Apple bragged during the iPad Pro introduction that they are faster than 92 percent of notebook PCs sold in the last year. That’s not so funny when you consider that “PCs”, in this formulation, includes MacBooks. iPads were popular and useful when they were much slower than typical notebooks. Now they’re faster than all but the highest-end notebook PCs.
To be honest, I don’t know how to feel about this. I’m not 100 percent sure if my iPad Pro is faster than my new MacBook Pro, but I’d rather not know. There’s always talk that Apple may move to making its own chips for the Mac, and information like this makes that possible reality all that more appealing.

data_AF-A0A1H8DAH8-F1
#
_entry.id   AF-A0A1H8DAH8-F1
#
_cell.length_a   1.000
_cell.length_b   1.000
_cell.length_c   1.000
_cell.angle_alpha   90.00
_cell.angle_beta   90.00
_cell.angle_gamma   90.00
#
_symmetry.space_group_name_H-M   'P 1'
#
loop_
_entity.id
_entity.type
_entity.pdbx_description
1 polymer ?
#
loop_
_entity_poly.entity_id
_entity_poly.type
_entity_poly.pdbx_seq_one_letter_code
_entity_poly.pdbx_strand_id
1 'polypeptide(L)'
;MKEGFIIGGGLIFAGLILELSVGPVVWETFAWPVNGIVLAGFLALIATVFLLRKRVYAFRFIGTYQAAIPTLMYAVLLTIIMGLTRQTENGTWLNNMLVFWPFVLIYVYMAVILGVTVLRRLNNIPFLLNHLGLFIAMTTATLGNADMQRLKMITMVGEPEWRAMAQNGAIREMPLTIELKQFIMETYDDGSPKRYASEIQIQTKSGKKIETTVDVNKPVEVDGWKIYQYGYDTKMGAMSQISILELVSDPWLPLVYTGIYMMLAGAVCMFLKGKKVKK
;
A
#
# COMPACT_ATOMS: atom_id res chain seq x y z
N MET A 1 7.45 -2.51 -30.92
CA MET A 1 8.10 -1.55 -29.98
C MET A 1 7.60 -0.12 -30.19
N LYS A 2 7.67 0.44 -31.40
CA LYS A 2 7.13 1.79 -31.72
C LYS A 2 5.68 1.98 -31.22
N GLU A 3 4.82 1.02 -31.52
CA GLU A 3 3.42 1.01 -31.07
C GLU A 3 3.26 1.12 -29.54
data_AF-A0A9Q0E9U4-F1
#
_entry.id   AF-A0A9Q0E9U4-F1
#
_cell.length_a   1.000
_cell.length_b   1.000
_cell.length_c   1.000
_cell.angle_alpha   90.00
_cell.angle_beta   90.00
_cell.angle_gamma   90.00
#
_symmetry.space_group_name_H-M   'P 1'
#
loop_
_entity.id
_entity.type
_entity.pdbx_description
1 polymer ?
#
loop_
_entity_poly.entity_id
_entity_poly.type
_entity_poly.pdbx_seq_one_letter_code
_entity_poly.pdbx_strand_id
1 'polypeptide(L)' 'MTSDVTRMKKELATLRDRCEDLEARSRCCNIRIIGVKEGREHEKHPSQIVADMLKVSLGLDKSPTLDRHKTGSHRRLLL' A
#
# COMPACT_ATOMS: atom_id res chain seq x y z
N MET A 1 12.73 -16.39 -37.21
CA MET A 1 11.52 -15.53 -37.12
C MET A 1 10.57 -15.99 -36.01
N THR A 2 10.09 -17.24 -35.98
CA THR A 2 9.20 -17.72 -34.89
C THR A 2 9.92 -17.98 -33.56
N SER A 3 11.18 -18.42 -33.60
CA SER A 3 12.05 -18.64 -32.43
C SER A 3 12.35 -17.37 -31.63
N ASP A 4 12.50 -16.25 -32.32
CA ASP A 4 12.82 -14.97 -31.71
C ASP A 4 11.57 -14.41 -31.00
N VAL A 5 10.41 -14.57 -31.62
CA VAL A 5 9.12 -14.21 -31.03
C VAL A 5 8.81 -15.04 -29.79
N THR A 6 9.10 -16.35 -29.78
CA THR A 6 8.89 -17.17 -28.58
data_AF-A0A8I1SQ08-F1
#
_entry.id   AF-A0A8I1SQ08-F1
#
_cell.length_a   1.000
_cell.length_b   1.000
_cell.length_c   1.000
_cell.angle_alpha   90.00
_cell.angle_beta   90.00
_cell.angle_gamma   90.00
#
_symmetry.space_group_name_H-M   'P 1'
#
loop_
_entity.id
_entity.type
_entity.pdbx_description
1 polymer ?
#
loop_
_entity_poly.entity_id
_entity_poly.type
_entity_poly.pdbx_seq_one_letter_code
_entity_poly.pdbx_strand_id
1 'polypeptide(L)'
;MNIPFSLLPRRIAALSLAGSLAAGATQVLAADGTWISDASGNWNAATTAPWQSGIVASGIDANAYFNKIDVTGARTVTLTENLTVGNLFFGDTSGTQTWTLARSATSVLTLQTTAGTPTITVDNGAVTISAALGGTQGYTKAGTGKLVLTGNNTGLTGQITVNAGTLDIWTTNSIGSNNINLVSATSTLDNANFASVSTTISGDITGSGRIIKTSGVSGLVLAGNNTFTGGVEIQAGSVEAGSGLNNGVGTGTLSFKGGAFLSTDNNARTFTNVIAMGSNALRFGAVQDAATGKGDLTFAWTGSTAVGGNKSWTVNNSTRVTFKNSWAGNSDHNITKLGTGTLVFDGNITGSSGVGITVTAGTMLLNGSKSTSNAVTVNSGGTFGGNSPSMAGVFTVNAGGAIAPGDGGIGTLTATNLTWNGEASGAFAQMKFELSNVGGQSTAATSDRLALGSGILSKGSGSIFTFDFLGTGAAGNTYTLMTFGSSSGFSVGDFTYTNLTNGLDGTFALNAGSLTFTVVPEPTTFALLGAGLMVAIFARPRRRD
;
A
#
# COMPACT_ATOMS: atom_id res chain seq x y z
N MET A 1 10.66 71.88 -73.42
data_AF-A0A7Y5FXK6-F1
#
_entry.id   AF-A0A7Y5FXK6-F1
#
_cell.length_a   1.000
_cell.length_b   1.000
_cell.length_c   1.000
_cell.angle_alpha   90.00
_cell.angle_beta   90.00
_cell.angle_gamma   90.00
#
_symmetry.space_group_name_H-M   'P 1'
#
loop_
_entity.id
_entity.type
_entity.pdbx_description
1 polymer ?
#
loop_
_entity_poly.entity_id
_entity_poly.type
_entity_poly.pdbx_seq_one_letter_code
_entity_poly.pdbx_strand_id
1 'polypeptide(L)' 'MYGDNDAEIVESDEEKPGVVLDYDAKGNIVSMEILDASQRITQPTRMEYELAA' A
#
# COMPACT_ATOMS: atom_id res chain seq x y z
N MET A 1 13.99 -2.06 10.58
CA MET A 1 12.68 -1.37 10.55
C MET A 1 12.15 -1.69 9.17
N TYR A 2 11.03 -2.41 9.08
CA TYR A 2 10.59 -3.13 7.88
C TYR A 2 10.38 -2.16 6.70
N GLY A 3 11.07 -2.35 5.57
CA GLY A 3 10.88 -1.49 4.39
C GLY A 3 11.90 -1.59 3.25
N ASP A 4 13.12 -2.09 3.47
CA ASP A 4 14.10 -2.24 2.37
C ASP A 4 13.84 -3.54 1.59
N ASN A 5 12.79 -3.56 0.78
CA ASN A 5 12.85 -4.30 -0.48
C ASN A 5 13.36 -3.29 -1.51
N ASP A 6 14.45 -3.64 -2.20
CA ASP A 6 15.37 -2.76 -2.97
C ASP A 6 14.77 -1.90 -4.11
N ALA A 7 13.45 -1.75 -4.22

The iPad is a great device, and an essential one for me. However, as Ben Brooks points out, the iPad seems geared toward a niche group of professionals. With the addition of USB-C, it’s never been easier to import photos from my fancy camera. In fact, I could see a photographer not needing any other device in their workflow. However, front-end development or audio editing are still not easy things to do on the iPad, and the lack of access to the file system is a non-starter for many.
At the end of the day, this crazy performance is great and all, but I don’t think it’s a “pro” device just yet.